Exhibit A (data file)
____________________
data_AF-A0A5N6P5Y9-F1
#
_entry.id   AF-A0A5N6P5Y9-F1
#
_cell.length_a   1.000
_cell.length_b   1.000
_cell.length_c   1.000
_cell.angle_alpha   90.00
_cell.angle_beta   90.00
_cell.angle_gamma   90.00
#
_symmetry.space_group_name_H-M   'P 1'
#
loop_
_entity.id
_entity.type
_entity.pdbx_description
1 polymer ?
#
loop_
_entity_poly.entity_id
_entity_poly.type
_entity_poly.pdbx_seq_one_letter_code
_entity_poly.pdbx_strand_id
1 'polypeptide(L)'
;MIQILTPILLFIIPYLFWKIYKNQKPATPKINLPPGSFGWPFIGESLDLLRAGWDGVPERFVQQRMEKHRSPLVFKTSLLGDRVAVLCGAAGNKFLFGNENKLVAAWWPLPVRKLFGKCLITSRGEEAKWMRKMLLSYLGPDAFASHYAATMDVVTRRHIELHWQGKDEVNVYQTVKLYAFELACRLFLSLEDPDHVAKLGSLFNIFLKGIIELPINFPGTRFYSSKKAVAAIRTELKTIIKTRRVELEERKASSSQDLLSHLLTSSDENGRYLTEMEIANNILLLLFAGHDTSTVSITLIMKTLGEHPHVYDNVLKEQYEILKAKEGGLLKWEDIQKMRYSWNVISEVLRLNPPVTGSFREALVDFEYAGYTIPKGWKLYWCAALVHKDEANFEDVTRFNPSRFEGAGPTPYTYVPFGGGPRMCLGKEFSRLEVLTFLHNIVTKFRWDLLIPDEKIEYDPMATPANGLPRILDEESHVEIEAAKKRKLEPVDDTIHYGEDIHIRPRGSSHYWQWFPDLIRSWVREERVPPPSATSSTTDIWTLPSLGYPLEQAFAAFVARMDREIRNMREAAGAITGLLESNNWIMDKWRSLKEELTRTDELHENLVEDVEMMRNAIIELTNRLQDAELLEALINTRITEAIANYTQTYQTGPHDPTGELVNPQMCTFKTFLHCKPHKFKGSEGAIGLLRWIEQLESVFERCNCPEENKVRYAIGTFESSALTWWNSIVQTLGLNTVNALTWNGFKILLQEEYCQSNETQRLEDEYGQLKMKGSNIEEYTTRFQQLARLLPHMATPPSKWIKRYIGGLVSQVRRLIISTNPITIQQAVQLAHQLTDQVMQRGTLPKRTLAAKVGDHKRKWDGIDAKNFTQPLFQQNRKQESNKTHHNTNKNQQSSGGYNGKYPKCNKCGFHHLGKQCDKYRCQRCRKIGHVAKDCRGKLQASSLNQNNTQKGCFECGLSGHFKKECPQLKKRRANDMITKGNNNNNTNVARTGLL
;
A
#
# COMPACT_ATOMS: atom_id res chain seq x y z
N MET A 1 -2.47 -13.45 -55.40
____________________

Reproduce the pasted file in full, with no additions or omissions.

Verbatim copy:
data_AF-A0A5N6P5Y9-F1
#
_entry.id   AF-A0A5N6P5Y9-F1
#
_cell.length_a   1.000
_cell.length_b   1.000
_cell.length_c   1.000
_cell.angle_alpha   90.00
_cell.angle_beta   90.00
_cell.angle_gamma   90.00
#
_symmetry.space_group_name_H-M   'P 1'
#
loop_
_entity.id
_entity.type
_entity.pdbx_description
1 polymer ?
#
loop_
_entity_poly.entity_id
_entity_poly.type
_entity_poly.pdbx_seq_one_letter_code
_entity_poly.pdbx_strand_id
1 'polypeptide(L)'
;MIQILTPILLFIIPYLFWKIYKNQKPATPKINLPPGSFGWPFIGESLDLLRAGWDGVPERFVQQRMEKHRSPLVFKTSLLGDRVAVLCGAAGNKFLFGNENKLVAAWWPLPVRKLFGKCLITSRGEEAKWMRKMLLSYLGPDAFASHYAATMDVVTRRHIELHWQGKDEVNVYQTVKLYAFELACRLFLSLEDPDHVAKLGSLFNIFLKGIIELPINFPGTRFYSSKKAVAAIRTELKTIIKTRRVELEERKASSSQDLLSHLLTSSDENGRYLTEMEIANNILLLLFAGHDTSTVSITLIMKTLGEHPHVYDNVLKEQYEILKAKEGGLLKWEDIQKMRYSWNVISEVLRLNPPVTGSFREALVDFEYAGYTIPKGWKLYWCAALVHKDEANFEDVTRFNPSRFEGAGPTPYTYVPFGGGPRMCLGKEFSRLEVLTFLHNIVTKFRWDLLIPDEKIEYDPMATPANGLPRILDEESHVEIEAAKKRKLEPVDDTIHYGEDIHIRPRGSSHYWQWFPDLIRSWVREERVPPPSATSSTTDIWTLPSLGYPLEQAFAAFVARMDREIRNMREAAGAITGLLESNNWIMDKWRSLKEELTRTDELHENLVEDVEMMRNAIIELTNRLQDAELLEALINTRITEAIANYTQTYQTGPHDPTGELVNPQMCTFKTFLHCKPHKFKGSEGAIGLLRWIEQLESVFERCNCPEENKVRYAIGTFESSALTWWNSIVQTLGLNTVNALTWNGFKILLQEEYCQSNETQRLEDEYGQLKMKGSNIEEYTTRFQQLARLLPHMATPPSKWIKRYIGGLVSQVRRLIISTNPITIQQAVQLAHQLTDQVMQRGTLPKRTLAAKVGDHKRKWDGIDAKNFTQPLFQQNRKQESNKTHHNTNKNQQSSGGYNGKYPKCNKCGFHHLGKQCDKYRCQRCRKIGHVAKDCRGKLQASSLNQNNTQKGCFECGLSGHFKKECPQLKKRRANDMITKGNNNNNTNVARTGLL
;
A
#
# COMPACT_ATOMS: atom_id res chain seq x y z
N MET A 1 -2.47 -13.45 -55.40